Let $f$ be a polynomial function of degree at least $2$ with integer coefficients, and assume that $f(n)$ is nonzero for any positive integer $n$.

Question: Is it algorithmically decidable whether $$ S(f) \ := \ \sum_{n = 1}^\infty \frac{1}{f(n)} $$ is rational or not? -- Which are the known necessary or sufficient criteria for the rationality or the irrationality of the value of this expression?

Examples: $S(n^2) = \zeta(2) = \frac{\pi^2}{6}$ and $S(n^3) = \zeta(3)$ are irrational, while $S(n^2+n) = 1$ is rational.

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    $\begingroup$ Isn't it already open for arbitrary $n^{2k+1}$? $\endgroup$ – SashaP Oct 2 '16 at 20:47
  • $\begingroup$ I'd be very surprised if there is any such. $\endgroup$ – T. Amdeberhan Oct 2 '16 at 21:40
  • $\begingroup$ @SashaP: As far as I know, yes. -- But still it is conceivable that someone knows how to prove algorithmic undecidability, or can give criteria which apply to classes of polynomials which do not include $n^{2k+1}$. $\endgroup$ – Stefan Kohl Oct 2 '16 at 22:17
  • $\begingroup$ Asking about algorithmic decidability is probably the wrong question. It could be that $S(f)$ is irrational except in certain cases where rationality is obvious. Then it would be decidable, but we wouldn't be able to prove that it is decidable. I think you're really just interested in which cases the irrationality is known. $\endgroup$ – Timothy Chow Oct 3 '16 at 18:04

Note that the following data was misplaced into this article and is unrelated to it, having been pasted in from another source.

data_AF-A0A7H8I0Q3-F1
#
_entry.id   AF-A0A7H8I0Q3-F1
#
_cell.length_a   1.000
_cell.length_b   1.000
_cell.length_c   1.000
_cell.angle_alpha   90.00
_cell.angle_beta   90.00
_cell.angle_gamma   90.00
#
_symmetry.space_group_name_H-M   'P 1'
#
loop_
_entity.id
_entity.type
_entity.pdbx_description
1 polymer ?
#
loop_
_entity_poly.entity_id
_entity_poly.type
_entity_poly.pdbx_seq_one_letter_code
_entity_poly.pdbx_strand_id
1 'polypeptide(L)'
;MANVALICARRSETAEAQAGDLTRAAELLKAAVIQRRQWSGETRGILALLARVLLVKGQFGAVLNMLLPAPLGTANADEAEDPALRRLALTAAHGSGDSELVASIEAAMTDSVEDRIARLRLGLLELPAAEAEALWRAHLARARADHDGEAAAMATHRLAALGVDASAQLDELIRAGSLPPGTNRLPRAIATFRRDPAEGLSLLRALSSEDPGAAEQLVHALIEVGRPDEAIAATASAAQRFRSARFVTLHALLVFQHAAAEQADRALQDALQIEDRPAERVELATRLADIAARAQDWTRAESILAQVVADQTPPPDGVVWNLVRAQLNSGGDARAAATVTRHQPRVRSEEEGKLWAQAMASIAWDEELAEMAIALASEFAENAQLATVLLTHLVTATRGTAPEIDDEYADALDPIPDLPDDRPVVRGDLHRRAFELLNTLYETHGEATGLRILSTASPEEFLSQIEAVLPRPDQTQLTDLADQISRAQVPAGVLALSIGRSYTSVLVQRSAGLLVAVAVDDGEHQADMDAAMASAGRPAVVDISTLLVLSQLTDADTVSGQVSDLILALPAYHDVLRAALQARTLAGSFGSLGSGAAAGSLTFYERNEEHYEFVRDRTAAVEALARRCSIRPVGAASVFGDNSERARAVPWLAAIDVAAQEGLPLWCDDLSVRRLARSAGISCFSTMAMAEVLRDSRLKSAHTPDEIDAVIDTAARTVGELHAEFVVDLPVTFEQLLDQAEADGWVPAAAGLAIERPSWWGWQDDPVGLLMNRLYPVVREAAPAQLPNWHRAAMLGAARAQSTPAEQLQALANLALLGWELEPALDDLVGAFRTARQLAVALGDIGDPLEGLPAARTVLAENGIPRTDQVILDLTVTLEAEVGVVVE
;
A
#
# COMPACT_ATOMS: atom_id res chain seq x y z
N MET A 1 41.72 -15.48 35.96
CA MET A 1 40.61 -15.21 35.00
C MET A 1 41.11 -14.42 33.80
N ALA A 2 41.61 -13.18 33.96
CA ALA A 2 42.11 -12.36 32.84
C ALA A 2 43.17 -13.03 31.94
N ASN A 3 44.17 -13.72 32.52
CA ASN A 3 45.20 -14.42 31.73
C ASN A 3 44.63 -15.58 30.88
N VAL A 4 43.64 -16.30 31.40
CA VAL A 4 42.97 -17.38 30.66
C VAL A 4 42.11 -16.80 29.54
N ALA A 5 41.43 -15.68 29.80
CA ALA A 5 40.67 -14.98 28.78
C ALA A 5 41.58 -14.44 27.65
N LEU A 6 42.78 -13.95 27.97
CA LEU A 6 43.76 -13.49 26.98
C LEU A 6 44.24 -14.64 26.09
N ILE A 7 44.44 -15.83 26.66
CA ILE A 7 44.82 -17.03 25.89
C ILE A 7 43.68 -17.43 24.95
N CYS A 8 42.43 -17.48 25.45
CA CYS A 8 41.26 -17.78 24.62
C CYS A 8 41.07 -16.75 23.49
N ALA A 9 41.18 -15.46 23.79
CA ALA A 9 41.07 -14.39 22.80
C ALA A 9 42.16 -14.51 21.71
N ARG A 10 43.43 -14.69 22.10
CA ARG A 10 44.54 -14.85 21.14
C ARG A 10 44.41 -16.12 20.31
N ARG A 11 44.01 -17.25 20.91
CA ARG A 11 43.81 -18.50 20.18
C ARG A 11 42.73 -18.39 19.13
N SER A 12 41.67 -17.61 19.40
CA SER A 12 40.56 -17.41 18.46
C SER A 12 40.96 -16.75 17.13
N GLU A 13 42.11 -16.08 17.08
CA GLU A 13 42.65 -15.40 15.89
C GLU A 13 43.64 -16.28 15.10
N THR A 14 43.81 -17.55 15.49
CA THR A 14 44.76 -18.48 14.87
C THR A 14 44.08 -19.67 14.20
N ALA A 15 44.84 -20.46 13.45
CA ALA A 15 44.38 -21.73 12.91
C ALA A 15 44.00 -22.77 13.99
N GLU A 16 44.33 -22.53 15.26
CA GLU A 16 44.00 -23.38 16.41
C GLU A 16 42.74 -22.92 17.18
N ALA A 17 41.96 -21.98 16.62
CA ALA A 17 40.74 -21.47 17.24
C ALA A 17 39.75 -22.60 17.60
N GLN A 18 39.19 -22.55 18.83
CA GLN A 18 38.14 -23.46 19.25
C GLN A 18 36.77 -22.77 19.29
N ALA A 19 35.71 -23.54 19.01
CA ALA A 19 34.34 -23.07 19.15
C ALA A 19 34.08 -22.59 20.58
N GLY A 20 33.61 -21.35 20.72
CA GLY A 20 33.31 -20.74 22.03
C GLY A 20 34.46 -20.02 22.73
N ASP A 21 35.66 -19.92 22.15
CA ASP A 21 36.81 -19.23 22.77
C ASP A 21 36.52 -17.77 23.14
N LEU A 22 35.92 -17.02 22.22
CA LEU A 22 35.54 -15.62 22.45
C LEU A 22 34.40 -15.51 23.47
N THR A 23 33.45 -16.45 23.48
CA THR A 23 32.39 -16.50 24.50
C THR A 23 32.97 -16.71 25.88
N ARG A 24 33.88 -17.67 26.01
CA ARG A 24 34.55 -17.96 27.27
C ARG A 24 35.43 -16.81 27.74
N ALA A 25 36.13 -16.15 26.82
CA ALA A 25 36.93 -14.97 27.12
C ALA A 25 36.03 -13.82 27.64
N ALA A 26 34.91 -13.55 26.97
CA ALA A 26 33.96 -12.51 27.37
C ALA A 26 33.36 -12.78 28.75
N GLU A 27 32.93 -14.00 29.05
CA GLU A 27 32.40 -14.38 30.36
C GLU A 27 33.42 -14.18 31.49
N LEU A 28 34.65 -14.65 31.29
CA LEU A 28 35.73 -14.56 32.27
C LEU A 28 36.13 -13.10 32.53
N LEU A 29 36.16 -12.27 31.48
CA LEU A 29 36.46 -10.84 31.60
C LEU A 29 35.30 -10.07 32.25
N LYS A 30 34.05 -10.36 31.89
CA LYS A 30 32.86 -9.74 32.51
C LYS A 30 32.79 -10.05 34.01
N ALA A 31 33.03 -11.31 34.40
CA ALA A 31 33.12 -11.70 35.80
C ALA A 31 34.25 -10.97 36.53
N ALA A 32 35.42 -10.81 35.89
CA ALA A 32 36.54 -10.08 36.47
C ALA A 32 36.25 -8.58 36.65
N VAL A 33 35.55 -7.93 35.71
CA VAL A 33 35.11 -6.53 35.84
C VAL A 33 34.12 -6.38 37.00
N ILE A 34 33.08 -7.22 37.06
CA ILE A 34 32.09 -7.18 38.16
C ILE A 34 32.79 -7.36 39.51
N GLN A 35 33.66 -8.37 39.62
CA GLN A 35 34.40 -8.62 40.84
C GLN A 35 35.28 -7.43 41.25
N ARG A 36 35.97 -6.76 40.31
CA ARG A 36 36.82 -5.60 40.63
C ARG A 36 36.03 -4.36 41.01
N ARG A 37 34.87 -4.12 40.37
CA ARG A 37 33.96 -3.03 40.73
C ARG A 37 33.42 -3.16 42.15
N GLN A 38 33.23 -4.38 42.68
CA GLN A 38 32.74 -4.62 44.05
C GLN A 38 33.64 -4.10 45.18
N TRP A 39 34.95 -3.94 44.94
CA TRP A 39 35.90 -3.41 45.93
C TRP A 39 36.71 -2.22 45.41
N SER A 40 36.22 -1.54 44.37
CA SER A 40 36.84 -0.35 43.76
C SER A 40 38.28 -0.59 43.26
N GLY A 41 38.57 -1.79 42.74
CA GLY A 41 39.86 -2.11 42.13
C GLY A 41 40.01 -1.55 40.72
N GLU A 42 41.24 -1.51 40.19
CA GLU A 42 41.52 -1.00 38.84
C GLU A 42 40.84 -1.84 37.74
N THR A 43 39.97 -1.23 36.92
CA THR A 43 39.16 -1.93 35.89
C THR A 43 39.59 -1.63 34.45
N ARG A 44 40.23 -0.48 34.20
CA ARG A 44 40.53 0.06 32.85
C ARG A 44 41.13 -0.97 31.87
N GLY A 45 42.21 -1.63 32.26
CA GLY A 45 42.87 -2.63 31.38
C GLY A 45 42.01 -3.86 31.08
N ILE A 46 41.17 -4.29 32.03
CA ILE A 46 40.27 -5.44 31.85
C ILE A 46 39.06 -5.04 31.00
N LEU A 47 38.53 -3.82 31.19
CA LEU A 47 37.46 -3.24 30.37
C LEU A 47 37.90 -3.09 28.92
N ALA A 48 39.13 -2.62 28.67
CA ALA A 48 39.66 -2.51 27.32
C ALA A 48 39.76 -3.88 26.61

• $\begingroup$ @TimothyChow: This is quite possible. Do you know of any heuristics which suggest that $S(f)$ is irrational except in cases where it is obviously rational (I mean one which is better than "the rationals are countable, but the irrationals are not, so assuming some 'well-behaved' kind of random distribution, almost all $S(f)$ should be irrational")? $\endgroup$ – Stefan Kohl Oct 3 '16 at 21:09

A perhaps not so interesting class of examples where the sums in question are known to be either transcendental or explicitly computable algebraics is referenced here:


Perhaps that can direct you to more papers on the subject.

Edit: I should perhaps also mention that there are lattice based algorithms that can reconstruct minimal polynomials of algebraics with a good enough approximations. Thus, given that the degree and logarithmic height of these values are bounded by computable constants, you may take a large partial sum, use said lattice techniques, and if you don't get a match conclude that it is in fact a transcendental.

  • $\begingroup$ Thanks for a start! -- Though I don't see that the criterion in the post you refer to would decide any nontrivial case ... . $\endgroup$ – Stefan Kohl Oct 3 '16 at 10:56
  • $\begingroup$ In the last paragraph: why are "the degree and logarithmic height of these values bounded by computable constants"? $\endgroup$ – Stefan Kohl Oct 3 '16 at 10:59

If $f(n)$ has only simple rational zeros, the paper Transcendental infinite sums is related.


Corollary 2.1. Let $f : \mathbb{Z} \to \overline{\mathbb{Q}}$ be periodic $\mod q$. Let $Q(X) \in \mathbb{Q}[X]$ have simple rational zeros. If

$$ S=\sum_{n=0}^\infty \frac{f(n)}{Q(n)}$$

converges, then $S$ equals a computable algebraic number or $ S \not \in \overline{\mathbb{Q}}$. In the later case we have ...

  • $\begingroup$ What do we have in the later case? $\endgroup$ – Stefan Kohl Oct 3 '16 at 11:01
  • $\begingroup$ They give bounds for the latter case, check the public paper. $\endgroup$ – joro Oct 3 '16 at 11:37

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